Singing the praises of our local heroes

editorial image
0
Have your say

My most sincere thanks go to you all that turned out last Friday to welcome the Mercian Regiment’s 2nd Battalion back to Mansfield.

Westgate was lined with well-wishers who followed the soldiers and the band down onto the Market Place, where many people applauded their arrival before taking the salute from Sir John Peace, Lord Lieutenant of Nottinghamshire, and Colonel David Sneath of the Mercian Regiment.

What a fantastic spectacle for the people of the district to see our soldiers returning home with bayonets fixed and colours flying, giving us all the opportunity to thank them for the true heroism they illustrate on a daily basis.

During my twelve years as your mayor I have been privileged to welcome them back on a number of occasions and have built a close association with the Mercian Regiment, who have boasted many local lads amongst their ranks. Indeed last Friday we had Private Massey from Mansfield, Private Sam Hibbert form Kirkby, Ram Major Corporal Philip Thornton from Skegby and Private Ryan Sampford from Ollerton.

Saturday saw the Rotary Club of Mansfield’s 40th anniversary concert showtime at the Palace Theatre, presented by Paul Bacon and Francis Finn of BBC Radio Nottingham and Notts TV. Many of you will remember Canon Robert Warburton who started this competition way back in 1975 and I am sure that he would not have thought that it would become one of the most prestigious annual events at the Palace Theatre with 26 entrants contesting Saturday’s final, following the heats that took place in February.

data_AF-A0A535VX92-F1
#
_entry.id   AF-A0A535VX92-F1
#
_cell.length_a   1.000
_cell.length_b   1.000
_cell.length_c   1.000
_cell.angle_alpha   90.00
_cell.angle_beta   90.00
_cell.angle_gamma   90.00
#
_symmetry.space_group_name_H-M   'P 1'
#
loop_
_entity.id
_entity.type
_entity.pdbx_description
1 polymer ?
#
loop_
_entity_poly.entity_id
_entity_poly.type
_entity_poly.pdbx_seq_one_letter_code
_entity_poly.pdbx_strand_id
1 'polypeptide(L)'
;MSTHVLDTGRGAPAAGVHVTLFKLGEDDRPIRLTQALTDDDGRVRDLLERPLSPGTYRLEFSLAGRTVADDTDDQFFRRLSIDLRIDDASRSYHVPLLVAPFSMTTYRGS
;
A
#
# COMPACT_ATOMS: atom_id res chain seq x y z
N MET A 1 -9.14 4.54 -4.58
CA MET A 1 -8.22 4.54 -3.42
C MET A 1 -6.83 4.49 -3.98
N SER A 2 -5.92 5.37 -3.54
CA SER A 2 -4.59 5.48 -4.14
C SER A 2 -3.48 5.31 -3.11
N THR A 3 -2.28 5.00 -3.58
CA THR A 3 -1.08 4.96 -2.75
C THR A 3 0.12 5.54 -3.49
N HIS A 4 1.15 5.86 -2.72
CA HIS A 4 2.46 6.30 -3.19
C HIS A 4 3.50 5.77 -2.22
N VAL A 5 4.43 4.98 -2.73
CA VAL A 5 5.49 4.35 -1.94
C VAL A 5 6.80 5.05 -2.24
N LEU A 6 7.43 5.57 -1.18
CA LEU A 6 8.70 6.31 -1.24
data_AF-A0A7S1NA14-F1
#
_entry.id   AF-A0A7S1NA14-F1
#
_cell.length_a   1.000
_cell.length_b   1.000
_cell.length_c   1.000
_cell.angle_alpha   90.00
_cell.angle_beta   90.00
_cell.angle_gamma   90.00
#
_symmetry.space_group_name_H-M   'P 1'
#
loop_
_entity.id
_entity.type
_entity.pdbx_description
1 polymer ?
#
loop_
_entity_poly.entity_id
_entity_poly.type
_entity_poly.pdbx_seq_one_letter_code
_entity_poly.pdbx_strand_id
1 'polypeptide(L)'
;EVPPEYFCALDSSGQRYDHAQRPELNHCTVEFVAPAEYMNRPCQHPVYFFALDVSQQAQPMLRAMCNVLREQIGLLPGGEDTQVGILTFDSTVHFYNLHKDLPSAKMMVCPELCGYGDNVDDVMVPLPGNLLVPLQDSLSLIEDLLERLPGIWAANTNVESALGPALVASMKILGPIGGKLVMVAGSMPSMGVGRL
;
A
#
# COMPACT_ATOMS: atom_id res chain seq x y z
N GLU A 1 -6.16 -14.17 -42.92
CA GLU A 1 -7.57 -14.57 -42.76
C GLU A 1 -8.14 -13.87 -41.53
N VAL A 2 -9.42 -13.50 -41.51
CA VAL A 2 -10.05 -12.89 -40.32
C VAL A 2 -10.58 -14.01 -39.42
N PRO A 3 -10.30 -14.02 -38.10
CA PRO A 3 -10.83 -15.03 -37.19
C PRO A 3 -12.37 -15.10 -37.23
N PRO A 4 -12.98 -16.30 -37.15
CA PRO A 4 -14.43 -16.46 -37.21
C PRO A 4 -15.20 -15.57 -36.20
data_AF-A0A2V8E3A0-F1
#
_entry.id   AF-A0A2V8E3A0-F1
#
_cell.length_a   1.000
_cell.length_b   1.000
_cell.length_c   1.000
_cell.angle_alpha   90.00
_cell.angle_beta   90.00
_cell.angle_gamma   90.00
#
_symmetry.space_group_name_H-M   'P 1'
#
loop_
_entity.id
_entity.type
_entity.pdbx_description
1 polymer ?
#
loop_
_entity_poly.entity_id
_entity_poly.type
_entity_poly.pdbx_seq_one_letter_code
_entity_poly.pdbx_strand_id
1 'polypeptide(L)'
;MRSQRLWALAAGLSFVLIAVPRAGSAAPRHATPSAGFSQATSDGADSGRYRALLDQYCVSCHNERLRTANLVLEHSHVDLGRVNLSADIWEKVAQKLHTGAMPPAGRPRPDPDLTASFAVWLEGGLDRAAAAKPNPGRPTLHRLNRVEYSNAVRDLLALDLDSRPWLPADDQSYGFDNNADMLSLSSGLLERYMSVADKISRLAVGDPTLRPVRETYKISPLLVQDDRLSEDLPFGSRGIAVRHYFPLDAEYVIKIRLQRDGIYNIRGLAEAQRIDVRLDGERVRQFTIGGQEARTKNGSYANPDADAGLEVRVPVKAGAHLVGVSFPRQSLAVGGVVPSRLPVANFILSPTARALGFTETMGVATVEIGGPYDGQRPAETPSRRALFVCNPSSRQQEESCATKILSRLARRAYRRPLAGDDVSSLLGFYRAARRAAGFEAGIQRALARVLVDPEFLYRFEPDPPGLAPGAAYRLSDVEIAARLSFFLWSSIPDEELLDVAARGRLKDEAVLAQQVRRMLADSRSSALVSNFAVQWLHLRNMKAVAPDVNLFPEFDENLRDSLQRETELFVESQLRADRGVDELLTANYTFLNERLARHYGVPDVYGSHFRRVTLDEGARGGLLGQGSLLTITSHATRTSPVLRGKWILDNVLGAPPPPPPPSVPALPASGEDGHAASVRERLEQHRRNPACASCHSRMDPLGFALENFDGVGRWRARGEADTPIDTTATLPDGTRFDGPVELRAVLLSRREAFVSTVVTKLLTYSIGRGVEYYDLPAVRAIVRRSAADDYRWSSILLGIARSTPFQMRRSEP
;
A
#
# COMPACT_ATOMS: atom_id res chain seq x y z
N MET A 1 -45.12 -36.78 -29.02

Ashley Booker, deputy editor at the Chad, was one of the distinguished panel of judges who had an extremely difficult task before announcing Mansfield’s James Morgan, a solo vocalist, as the overall winner.

James was on Notts TV last and hopes to go on to be a national and international star like the 2008 winner Lucy Key, who came second in Britain’s Got Talent last year.

Sunday afternoon saw a Cantamus concert with a difference at the Palace Theatre, where a bronze bust was unveiled in memory of Pamela Cook—probably one of Mansfield’s greatest ever ambassadors.

The bronze bust was unveiled by her husband Geoff on stage before being placed next to John Ogden’s bust in the reception area of the theatre. Pam’s great work, which started way back in 1968, is now under the directorship of Ann Irons and her assistant Elaine Guy, ably supported by Louise Collett and Freya Hales—all former pupils of the late great Pamela Cook MBE.

We were treated to a memorable tribute concert by the 42 members of the senior choir and the 35 members of the training choir, with the usual high quality accompanists Michael Neam, Stefan Reid and Philip Robinson making it a tribute concert to be remembered.

Phil Neale was the sculptor from the Harley Gallery at Welbeck and all the people that I spoke to said what a tremendous job he had done.

You can visit his website at www.sculptor.co.uk and go along to the Palace Theatre to view the excellent bronze bust of Pamela Cook.

I will finish this week by staying on the music scene with congratulations going to Meryl Chambers who was recently awarded a lifetime achievement award for outstanding teaching at the Royal Albert Hall in front of six thousand people.

Meryl directs the Mansfield Male Voice Choir and a group of young ladies called the Singers, so keep a look out for their concerts and go along and see Mansfield’s Classic FM music teacher of the year.